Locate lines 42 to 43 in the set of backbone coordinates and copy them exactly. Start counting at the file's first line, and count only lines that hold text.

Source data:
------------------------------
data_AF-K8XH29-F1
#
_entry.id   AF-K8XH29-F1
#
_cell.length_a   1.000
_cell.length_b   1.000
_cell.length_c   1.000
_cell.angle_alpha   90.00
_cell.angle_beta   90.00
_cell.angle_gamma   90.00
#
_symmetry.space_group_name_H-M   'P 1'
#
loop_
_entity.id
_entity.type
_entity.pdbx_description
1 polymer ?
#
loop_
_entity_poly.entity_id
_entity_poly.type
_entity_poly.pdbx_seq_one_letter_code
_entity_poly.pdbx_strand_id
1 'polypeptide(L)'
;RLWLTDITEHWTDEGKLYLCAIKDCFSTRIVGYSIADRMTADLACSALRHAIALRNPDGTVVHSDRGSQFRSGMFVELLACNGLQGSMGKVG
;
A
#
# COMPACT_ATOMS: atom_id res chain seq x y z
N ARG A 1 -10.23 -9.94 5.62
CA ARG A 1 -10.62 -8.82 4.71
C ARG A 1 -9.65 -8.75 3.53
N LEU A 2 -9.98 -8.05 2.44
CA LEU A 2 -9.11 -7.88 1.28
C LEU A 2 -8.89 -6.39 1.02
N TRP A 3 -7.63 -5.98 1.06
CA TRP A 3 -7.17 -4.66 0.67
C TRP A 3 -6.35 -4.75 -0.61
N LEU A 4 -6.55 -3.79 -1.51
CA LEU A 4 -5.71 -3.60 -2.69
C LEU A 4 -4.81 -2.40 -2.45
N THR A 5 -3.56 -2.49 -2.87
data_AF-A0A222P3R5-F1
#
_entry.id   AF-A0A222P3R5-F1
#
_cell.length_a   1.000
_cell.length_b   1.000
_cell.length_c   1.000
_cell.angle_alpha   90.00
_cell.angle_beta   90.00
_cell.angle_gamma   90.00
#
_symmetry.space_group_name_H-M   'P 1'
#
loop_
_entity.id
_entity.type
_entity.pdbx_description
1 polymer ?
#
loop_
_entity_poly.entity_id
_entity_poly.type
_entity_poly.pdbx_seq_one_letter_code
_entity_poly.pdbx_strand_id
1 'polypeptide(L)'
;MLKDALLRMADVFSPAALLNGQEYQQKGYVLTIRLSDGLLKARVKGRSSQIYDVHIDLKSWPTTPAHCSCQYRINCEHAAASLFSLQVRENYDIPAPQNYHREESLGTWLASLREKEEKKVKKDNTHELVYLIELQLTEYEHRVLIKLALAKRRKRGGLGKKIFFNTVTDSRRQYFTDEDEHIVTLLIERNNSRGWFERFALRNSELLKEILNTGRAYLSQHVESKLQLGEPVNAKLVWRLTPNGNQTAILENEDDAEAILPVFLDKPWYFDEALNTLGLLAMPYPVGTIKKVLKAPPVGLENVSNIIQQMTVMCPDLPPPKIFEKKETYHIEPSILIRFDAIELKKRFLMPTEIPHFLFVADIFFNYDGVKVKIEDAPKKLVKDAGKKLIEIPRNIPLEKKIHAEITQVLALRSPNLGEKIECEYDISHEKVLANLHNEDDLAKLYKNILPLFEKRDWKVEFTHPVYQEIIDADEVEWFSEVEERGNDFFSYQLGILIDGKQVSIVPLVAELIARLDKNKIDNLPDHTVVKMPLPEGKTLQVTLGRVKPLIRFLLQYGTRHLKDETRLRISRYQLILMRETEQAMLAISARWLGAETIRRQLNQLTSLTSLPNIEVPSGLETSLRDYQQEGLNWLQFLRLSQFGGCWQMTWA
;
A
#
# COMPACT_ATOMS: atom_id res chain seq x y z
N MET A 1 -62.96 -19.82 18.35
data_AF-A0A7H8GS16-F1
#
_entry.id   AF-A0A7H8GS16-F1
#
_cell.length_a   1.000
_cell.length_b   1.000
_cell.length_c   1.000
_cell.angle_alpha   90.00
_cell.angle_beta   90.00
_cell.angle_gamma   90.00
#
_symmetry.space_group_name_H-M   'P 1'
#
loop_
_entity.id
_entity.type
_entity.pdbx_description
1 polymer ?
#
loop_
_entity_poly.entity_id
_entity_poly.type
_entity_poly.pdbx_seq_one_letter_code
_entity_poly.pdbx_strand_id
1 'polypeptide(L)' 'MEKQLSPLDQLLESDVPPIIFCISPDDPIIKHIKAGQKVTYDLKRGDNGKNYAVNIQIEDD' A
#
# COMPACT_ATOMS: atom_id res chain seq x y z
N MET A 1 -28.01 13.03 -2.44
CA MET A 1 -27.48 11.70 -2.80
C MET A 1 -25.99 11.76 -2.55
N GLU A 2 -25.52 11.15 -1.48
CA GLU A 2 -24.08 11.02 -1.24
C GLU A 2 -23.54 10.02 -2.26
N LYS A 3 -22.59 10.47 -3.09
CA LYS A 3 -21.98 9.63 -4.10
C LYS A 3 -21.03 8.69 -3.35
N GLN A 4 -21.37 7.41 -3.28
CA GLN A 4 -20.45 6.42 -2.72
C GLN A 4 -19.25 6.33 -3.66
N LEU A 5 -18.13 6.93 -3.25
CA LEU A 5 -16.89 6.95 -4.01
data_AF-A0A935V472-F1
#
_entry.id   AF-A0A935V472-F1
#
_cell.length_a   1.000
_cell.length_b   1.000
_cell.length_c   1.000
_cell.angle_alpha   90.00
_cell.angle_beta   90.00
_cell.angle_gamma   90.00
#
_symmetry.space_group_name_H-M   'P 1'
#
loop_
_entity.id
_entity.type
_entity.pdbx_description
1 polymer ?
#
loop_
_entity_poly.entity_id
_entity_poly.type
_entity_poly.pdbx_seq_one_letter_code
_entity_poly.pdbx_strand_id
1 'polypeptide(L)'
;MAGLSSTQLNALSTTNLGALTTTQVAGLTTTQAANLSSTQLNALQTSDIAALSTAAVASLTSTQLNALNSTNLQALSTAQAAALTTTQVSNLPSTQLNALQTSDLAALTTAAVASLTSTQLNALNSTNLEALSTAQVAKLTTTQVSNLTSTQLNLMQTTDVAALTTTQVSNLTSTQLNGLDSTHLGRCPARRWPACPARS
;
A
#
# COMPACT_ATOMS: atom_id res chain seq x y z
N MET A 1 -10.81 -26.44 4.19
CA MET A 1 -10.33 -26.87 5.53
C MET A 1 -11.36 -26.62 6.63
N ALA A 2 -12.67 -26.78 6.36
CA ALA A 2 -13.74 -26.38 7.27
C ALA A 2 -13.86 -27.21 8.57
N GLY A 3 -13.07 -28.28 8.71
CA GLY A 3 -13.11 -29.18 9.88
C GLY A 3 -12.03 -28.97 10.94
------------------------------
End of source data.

C LEU A 4 -4.81 -2.40 -2.45
N THR A 5 -3.56 -2.49 -2.87